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1[mass noun] A variety of wine grape grown in Spain.
- ‘Rioja, like neighbouring Navarre, produces rosé entirely from Garnacha grapes.’
- ‘The Garnacha grape which accounts for around two-thirds of the Calatayud's production makes heady, potent red wine.’
- ‘Monastrell, Cencibel, and the red-fleshed Garnacha Tintorera produce big, alcoholic red wines.’
- ‘Garnacha is used in the production of rosé.’
- ‘We also have great older vineyards here - for example we ourselves have a vineyard of 105 year old Garnacha vines.’
- ‘Red wines, made predominantly from the Garnacha grape, were mostly sold in bulk for blending.’
- ‘On its own Garnacha produces hefty, alcoholic red wines.’
- ‘Garnacha is on the wane, and is mainly used for rosés.’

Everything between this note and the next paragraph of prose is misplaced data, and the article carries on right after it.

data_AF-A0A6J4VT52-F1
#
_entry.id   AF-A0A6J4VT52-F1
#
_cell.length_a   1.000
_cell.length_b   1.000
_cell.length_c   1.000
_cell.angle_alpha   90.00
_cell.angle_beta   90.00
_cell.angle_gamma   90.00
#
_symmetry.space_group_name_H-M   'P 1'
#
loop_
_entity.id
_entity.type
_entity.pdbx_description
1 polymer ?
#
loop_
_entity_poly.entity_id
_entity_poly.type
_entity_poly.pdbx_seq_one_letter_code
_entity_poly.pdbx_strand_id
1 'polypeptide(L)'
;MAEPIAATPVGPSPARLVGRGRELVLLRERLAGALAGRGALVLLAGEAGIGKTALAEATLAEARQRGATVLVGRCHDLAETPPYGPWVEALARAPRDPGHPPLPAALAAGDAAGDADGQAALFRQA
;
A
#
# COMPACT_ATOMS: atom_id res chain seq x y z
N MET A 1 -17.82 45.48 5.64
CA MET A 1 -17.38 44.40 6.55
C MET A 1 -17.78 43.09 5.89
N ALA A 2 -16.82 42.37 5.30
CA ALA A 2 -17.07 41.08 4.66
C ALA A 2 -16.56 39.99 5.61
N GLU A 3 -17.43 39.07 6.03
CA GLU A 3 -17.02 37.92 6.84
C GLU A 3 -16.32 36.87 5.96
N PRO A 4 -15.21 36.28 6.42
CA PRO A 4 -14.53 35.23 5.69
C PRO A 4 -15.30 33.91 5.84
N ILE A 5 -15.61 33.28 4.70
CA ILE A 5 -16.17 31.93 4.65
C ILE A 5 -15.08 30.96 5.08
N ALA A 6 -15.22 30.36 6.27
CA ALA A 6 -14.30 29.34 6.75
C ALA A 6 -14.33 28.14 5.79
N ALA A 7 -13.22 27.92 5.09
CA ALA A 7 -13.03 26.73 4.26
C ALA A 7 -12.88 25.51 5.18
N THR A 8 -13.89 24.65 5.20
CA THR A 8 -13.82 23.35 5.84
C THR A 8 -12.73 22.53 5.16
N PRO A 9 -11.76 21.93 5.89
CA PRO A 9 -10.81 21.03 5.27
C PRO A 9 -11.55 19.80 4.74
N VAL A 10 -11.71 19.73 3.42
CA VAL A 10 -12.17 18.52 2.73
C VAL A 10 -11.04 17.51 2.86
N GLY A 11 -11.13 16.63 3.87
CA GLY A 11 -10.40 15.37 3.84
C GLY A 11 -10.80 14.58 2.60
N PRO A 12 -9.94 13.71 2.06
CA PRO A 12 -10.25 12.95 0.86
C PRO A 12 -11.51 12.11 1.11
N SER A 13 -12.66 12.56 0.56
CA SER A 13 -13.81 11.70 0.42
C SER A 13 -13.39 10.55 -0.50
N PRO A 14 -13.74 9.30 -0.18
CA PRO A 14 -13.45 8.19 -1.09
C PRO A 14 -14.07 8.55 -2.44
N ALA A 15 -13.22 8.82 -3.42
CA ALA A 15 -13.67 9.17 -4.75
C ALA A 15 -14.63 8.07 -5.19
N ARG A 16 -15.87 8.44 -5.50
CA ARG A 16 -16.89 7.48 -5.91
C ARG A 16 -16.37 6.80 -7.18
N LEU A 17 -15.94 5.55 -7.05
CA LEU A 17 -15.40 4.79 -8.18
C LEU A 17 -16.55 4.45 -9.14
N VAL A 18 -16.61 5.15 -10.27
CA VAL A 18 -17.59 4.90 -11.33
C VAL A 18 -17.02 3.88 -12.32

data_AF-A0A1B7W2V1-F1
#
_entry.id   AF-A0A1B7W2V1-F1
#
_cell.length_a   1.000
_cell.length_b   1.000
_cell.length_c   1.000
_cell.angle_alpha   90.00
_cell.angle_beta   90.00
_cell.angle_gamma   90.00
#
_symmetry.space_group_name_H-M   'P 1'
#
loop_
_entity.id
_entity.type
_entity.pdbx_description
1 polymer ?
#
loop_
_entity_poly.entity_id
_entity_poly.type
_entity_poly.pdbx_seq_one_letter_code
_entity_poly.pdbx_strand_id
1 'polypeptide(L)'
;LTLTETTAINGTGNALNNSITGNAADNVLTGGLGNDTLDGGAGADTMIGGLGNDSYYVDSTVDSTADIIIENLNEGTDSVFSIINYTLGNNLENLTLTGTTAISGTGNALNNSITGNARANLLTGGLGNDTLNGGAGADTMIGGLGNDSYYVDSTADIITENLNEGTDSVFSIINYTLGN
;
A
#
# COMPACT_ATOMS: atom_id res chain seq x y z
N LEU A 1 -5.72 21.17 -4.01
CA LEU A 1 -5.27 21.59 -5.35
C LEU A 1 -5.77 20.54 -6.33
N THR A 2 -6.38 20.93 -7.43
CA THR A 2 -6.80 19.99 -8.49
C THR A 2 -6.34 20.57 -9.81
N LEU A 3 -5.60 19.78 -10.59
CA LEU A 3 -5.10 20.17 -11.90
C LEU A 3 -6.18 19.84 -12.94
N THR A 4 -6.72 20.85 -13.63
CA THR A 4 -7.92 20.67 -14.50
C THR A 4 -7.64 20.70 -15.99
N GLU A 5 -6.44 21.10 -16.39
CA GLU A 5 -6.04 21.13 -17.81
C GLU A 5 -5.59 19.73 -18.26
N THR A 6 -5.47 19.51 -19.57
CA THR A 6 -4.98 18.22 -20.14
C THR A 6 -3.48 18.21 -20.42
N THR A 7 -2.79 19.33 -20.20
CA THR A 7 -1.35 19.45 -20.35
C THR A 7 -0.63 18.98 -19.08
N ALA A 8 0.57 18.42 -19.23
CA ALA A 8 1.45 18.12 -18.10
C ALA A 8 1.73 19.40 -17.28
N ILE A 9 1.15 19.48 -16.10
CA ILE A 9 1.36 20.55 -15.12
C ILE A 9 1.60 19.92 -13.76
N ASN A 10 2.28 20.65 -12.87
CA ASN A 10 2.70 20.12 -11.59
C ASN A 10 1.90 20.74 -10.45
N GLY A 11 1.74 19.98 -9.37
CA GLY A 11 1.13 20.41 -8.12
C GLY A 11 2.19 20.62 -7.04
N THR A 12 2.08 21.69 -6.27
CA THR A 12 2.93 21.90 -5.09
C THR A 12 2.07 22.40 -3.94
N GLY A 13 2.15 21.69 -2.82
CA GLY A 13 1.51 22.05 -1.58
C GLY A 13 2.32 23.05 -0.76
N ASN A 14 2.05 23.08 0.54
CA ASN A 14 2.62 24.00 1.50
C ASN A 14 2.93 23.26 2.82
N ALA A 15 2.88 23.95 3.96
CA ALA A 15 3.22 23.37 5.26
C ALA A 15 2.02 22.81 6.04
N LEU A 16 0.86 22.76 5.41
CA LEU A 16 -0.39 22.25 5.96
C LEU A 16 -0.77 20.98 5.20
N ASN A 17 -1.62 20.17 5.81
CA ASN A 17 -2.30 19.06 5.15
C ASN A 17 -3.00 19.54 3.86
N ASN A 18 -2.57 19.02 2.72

- ‘Dark-skinned Garnacha is the second most widely planted variety with 170,000 ha, principally in the north of the country.’
- ‘The authorities, anxious to modernize Navarre's image, have been positively discouraging new plantings of Garnacha, however.’
- ‘Grenache in France, or Garnacha in its native Spain, is invariably blended but does produce peppery dry wines with marked raspberry tones.’
- ‘It is made from Xarello and Garnacha and is certainly courageous.’
- ‘Garnacha lends itself to good, dry rosé which Navarre continues to make in large quantities.’
- ‘A chunky mix of Spanish grapes Garnacha and Carinena, this wine is loaded with aromas of raspberry, plum, pepper and spice.’
- 1.1A red or rosé wine made from Garnacha grapes.
- ‘Spanish Garnacha can be one of the wine world's incomparable bargains.’
- ‘Both the Gran Garnacha 2003, Carinena and its stablemate, the Gran Tempranillo 2003, are soft, juicy and smooth.’
- ‘This wine is equally explicit: an exuberant Garnacha in the rich and lusty style seen in Sardinia.’
- ‘I had hoped that the Garnacha from Spain would make an interesting change from my staple Aussie and Chilean reds.’
Spanish, from Italian vernaccia (see Vernaccia). The grape is known in France and elsewhere as Grenache.
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